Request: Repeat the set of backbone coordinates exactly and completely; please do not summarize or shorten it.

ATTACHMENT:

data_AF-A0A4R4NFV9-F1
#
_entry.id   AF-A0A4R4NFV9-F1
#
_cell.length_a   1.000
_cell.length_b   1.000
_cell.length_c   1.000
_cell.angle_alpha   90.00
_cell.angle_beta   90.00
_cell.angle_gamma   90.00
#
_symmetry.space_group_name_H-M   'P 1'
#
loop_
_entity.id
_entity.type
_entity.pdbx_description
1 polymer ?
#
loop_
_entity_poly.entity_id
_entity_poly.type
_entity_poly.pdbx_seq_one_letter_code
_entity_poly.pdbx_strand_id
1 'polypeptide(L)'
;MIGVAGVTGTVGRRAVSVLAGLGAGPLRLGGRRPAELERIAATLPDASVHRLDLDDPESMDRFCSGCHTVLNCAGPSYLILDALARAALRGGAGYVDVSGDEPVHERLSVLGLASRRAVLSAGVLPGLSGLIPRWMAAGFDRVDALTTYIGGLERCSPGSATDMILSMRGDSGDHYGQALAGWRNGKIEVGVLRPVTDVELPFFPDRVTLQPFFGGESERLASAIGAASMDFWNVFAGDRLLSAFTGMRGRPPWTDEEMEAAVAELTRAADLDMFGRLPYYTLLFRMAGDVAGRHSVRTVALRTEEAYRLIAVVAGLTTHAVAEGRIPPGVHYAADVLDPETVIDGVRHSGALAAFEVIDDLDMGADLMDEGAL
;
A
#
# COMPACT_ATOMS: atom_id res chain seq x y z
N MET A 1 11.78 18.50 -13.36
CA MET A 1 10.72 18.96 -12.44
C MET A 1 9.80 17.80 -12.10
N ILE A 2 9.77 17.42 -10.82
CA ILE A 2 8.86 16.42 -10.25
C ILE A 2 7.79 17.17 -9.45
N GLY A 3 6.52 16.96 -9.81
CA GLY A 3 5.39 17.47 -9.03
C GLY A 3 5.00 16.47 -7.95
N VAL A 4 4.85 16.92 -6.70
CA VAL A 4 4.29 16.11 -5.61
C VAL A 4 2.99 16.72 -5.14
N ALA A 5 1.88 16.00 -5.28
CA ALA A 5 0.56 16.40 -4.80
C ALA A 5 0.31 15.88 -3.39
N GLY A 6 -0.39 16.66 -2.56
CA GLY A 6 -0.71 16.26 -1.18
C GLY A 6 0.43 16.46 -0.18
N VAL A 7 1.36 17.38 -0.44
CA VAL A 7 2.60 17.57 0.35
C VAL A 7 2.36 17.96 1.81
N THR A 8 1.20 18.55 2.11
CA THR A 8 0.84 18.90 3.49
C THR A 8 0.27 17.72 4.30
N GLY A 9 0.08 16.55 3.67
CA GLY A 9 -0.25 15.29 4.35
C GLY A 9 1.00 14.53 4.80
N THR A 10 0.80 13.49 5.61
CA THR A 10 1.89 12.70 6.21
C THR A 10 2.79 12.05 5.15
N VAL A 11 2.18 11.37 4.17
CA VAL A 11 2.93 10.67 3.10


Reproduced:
data_AF-A0A4R4NFV9-F1
#
_entry.id   AF-A0A4R4NFV9-F1
#
_cell.length_a   1.000
_cell.length_b   1.000
_cell.length_c   1.000
_cell.angle_alpha   90.00
_cell.angle_beta   90.00
_cell.angle_gamma   90.00
#
_symmetry.space_group_name_H-M   'P 1'
#
loop_
_entity.id
_entity.type
_entity.pdbx_description
1 polymer ?
#
loop_
_entity_poly.entity_id
_entity_poly.type
_entity_poly.pdbx_seq_one_letter_code
_entity_poly.pdbx_strand_id
1 'polypeptide(L)'
;MIGVAGVTGTVGRRAVSVLAGLGAGPLRLGGRRPAELERIAATLPDASVHRLDLDDPESMDRFCSGCHTVLNCAGPSYLILDALARAALRGGAGYVDVSGDEPVHERLSVLGLASRRAVLSAGVLPGLSGLIPRWMAAGFDRVDALTTYIGGLERCSPGSATDMILSMRGDSGDHYGQALAGWRNGKIEVGVLRPVTDVELPFFPDRVTLQPFFGGESERLASAIGAASMDFWNVFAGDRLLSAFTGMRGRPPWTDEEMEAAVAELTRAADLDMFGRLPYYTLLFRMAGDVAGRHSVRTVALRTEEAYRLIAVVAGLTTHAVAEGRIPPGVHYAADVLDPETVIDGVRHSGALAAFEVIDDLDMGADLMDEGAL
;
A
#
# COMPACT_ATOMS: atom_id res chain seq x y z
N MET A 1 11.78 18.50 -13.36
CA MET A 1 10.72 18.96 -12.44
C MET A 1 9.80 17.80 -12.10
N ILE A 2 9.77 17.42 -10.82
CA ILE A 2 8.86 16.42 -10.25
C ILE A 2 7.79 17.17 -9.45
N GLY A 3 6.52 16.96 -9.81
CA GLY A 3 5.39 17.47 -9.03
C GLY A 3 5.00 16.47 -7.95
N VAL A 4 4.85 16.92 -6.70
CA VAL A 4 4.29 16.11 -5.61
C VAL A 4 2.99 16.72 -5.14
N ALA A 5 1.88 16.00 -5.28
CA ALA A 5 0.56 16.40 -4.80
C ALA A 5 0.31 15.88 -3.39
N GLY A 6 -0.39 16.66 -2.56
CA GLY A 6 -0.71 16.26 -1.18
C GLY A 6 0.43 16.46 -0.18
N VAL A 7 1.36 17.38 -0.44
CA VAL A 7 2.60 17.57 0.35
C VAL A 7 2.36 17.96 1.81
N THR A 8 1.20 18.55 2.11
CA THR A 8 0.84 18.90 3.49
C THR A 8 0.27 17.72 4.30
N GLY A 9 0.08 16.55 3.67
CA GLY A 9 -0.25 15.29 4.35
C GLY A 9 1.00 14.53 4.80
N THR A 10 0.80 13.49 5.61
CA THR A 10 1.89 12.70 6.21
C THR A 10 2.79 12.05 5.15
N VAL A 11 2.18 11.37 4.17
CA VAL A 11 2.93 10.67 3.10